One example included a university student called Karen who left home and became an environmental activist. She started listening to alternative music and ended up being arrested for sabotaging forestry machinery. The example, in the “Violent Extremism” section of the anti-radicalisation handbook, inspired the #freekaren hashtag as the public took to Twitter to mock the scenario.
The handbook resulted in The Daily Telegraph running a piece titled “Schoolyard Terror Blitz” – an indication of the panic about radicalisation in schools.
It’s clear that better structural measures are required. Racism, bullying, cultural and religious blindness, misogyny and economic inequality are key elements for interpreting various kinds of youth extremism. These factors are sometimes reinforced on an institutional level and contribute to further marginalisation and stigmatisation.
We need better ways of communicating how schools and universities should interpret and address the process leading to extremism, rather than just providing a checklist of behaviours.
We need to respect and engage with the diverse and fluid ways young people express themselves, rather than perpetuate and reinforce conservative or monocultural norms.
Time to rethink the curriculum
The scathing response by the president of the NSW Teachers’ Federation, Maurie Mulheron, reflects the need for more communication with teachers in approaching extremism in schools. A key solution may be in curriculum reform.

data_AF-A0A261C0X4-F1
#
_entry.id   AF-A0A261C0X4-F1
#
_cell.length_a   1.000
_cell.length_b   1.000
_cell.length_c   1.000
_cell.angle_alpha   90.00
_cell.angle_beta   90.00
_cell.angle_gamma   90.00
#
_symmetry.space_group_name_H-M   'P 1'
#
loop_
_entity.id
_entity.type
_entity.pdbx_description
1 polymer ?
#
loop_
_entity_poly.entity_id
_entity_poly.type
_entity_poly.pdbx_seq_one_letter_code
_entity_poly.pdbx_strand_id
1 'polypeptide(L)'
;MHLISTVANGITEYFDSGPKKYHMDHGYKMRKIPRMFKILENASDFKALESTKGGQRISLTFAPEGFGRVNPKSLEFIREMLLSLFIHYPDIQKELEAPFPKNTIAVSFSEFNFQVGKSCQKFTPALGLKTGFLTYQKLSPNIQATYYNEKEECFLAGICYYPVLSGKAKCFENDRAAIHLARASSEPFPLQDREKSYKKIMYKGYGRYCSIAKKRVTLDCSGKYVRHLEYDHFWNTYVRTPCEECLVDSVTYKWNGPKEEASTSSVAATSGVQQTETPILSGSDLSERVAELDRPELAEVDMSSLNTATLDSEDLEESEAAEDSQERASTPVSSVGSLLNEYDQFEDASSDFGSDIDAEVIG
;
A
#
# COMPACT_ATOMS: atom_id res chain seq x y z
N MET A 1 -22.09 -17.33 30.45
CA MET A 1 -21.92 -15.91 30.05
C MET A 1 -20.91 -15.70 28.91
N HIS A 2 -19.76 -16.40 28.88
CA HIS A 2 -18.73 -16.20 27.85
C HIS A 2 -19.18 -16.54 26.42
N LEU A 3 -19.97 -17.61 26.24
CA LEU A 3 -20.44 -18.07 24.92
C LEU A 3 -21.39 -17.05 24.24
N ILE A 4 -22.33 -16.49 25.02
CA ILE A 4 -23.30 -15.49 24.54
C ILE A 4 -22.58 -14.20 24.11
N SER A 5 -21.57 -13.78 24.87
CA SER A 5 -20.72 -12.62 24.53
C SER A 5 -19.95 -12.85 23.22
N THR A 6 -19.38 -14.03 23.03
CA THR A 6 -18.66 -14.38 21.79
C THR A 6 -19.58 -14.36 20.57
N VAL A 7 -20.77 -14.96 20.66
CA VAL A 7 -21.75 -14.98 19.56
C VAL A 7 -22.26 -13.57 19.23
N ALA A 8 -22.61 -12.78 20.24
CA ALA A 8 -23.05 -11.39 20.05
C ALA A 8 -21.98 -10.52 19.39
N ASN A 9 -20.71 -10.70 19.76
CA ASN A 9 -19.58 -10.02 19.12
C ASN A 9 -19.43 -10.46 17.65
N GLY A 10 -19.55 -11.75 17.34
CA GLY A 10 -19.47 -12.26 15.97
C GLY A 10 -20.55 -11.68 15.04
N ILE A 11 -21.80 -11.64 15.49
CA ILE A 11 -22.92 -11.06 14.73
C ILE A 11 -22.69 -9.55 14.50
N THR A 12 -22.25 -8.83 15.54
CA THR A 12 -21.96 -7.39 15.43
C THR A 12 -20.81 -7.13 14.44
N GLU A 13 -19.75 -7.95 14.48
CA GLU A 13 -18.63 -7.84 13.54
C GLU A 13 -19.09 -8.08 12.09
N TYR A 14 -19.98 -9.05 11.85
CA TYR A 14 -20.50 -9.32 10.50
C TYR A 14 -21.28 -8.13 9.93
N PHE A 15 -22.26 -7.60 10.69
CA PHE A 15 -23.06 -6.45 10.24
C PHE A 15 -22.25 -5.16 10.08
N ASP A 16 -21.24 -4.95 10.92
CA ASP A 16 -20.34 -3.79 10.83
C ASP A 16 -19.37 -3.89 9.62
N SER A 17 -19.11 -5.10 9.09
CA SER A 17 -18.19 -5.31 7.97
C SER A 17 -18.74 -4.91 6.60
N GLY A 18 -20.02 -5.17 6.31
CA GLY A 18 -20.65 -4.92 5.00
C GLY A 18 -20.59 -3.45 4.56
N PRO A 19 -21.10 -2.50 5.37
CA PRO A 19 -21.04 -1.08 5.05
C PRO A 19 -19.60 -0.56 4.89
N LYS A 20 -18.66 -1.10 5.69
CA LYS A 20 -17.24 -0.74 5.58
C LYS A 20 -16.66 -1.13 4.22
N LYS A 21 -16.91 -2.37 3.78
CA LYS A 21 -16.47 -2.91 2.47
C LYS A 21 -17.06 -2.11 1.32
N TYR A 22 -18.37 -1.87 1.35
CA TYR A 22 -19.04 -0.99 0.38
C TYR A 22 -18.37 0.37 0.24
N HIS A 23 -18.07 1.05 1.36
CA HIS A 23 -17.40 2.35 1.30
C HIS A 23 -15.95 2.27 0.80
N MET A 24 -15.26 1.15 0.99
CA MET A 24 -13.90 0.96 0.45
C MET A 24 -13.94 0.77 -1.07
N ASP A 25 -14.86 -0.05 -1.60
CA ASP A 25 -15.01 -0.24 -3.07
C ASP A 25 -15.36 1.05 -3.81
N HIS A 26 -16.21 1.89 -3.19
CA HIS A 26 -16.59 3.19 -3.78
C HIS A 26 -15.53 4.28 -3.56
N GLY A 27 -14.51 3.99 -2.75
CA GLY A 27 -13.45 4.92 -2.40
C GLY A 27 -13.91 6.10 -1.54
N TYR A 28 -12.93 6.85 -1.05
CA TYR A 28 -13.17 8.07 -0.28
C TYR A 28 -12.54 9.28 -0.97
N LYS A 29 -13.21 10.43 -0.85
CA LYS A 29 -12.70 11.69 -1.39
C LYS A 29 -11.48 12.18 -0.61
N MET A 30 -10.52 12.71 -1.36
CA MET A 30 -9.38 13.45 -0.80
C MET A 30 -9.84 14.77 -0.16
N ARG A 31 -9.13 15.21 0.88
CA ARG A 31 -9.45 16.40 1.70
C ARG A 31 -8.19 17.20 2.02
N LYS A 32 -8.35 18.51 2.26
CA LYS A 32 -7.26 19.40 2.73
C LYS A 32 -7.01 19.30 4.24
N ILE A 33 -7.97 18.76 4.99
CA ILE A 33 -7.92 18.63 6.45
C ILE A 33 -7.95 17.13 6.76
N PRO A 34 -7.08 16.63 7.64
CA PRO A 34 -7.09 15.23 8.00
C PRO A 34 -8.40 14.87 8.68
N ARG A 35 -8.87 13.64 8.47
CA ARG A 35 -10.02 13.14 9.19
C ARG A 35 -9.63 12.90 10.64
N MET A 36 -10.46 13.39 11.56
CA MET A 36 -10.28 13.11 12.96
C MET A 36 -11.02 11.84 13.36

In order to engage marginalised and stigmatised young people it is important to instil respect and a sense of belonging. This involves transforming the themes and topics we teach, and reconsidering how we convey the information. A number of recent university movements present us with important models and new methods for tackling systemic bias and exclusion in all forms of education.
Academics and students involved in the Rhodes Must Fall and Open Stellenbosch campaigns in South Africa and the Why Is My Curriculum White? and Dismantling the Master’s House campaigns at University College London in the UK inspired a group at the University of Sydney to initiate discussions around the diversity of university courses.
The campaign aims to “decolonise” the subjects that shape the curriculum. It goes further by exposing and challenging other issues: teaching methods that assume culturally and socially specific forms of background knowledge and ability, and limit the participation of students from marginalised groups; classroom set-up that is non-inclusive and inhibits marginalised students; and exclusionary practices normalised in schools and universities.
It suggests that teachers can develop a curriculum that challenges whiteness by:
rethinking certain Eurocentric notions that are displayed as neutral and normal
reframing basic questions in the humanities that assume Eurocentric concepts
encouraging students to take initiative in finding and incorporating neglected thinkers and ideas in order to help dismantle the white curriculum.
Only by following these objectives will schools and universities help to eradicate discrimination, encourage intercultural respect and combat violent extremism.
We need to improve the discussion about the role of whiteness, coloniality (two interrelated concepts) and intersectional discrimination in the curriculum. An intersectional approach is critical because it recognises different forms of domination and marginalisation – such as racism, sexism, classism, historical injustice and prejudice based on religion – as inextricably linked.
Ignoring these issues is detrimental for both teachers and their students. It risks having an impact on student performance, complicating teacher-student relationships and clouding the ability to see and think beyond racial categories.
A learning environment that validates the identity and cultural background of marginalised groups is an achievable step in the right direction towards addressing extremism.